27 April 2018

Published April 25, 2018 by rochellewisoff

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The next photo is the PROMPT. Remember, all photos are property of the photographer, donated for use in Friday Fictioneers only. They shouldn’t be used for any other purpose without express permission. It is proper etiquette to give the contributor credit. 

PHOTO PROMPT © Jan Wayne Fields

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Genre: Historical Fiction

Word Count: 100


                                    September 1880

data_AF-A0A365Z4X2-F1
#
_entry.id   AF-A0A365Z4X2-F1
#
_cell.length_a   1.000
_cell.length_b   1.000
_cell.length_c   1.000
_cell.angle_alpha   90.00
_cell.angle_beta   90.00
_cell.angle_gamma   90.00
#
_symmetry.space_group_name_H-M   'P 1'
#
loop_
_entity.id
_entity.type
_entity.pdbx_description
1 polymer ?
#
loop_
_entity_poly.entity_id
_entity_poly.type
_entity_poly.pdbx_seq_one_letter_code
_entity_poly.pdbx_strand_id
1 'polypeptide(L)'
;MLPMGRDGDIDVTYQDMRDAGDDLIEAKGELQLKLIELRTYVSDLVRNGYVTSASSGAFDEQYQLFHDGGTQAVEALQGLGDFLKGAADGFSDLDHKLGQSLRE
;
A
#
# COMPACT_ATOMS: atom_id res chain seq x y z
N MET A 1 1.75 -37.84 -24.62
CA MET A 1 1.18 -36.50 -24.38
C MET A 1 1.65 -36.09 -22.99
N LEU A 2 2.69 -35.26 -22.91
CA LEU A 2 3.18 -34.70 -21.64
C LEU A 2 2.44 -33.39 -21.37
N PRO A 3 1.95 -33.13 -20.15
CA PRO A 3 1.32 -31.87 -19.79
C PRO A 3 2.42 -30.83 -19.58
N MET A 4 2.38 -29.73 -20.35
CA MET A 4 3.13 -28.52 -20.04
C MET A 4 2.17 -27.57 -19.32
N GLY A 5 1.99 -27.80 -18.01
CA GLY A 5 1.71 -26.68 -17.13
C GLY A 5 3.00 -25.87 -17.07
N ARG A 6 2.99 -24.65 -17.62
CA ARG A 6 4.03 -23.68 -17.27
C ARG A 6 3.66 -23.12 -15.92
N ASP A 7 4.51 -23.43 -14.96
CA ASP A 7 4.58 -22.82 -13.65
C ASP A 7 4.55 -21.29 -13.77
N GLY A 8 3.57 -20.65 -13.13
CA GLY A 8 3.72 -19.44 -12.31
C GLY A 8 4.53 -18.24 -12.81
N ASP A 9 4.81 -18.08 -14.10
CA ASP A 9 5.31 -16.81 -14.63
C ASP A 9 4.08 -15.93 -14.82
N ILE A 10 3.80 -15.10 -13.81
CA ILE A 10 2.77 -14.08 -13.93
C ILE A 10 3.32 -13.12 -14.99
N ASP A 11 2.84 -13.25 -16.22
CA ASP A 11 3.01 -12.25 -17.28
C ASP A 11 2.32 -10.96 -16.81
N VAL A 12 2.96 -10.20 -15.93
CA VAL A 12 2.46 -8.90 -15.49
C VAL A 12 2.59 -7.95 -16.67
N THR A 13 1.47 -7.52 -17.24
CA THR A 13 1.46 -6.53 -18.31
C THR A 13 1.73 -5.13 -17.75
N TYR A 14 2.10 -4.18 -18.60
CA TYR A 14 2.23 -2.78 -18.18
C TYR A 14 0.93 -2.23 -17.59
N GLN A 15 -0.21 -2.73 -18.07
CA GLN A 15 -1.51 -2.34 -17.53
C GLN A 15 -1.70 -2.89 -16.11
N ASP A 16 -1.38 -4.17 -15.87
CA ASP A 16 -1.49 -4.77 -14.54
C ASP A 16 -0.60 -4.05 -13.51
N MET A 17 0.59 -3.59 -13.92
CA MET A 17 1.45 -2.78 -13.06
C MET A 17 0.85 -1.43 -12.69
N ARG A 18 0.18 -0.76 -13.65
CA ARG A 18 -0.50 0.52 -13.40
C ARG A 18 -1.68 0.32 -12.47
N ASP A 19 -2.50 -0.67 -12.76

Dearest Lemmonia,

            I never dreamt I would meet such a marvelous botanical comrade. Two souls are we with one thought.

            Where shall we honeymoon? I propose we journey to the far-off land of the Apaches in Arizona to explore new species of flora or even climb the Santa Catalinas. I await your reply, my love.

                        Forever yours,



Their guide, Emerson O. Stratton, later reminisced, “We christened the mountain Mt. Lemmon in her honor—the first white woman to reach the peak. There I chopped the bark off a great pine tree and we all carved our names.”


*One of the things we did on our vacation was to go up Mt. Lemmon. Amazingly, you start at the bottom with Saguaro Cacti and end up at the top amid Pine Trees. It’s when I learned that the mountain was named after this intriguing lady that my bit of fiction was born. So much story, so few words allowed. 😉 


99 comments on “27 April 2018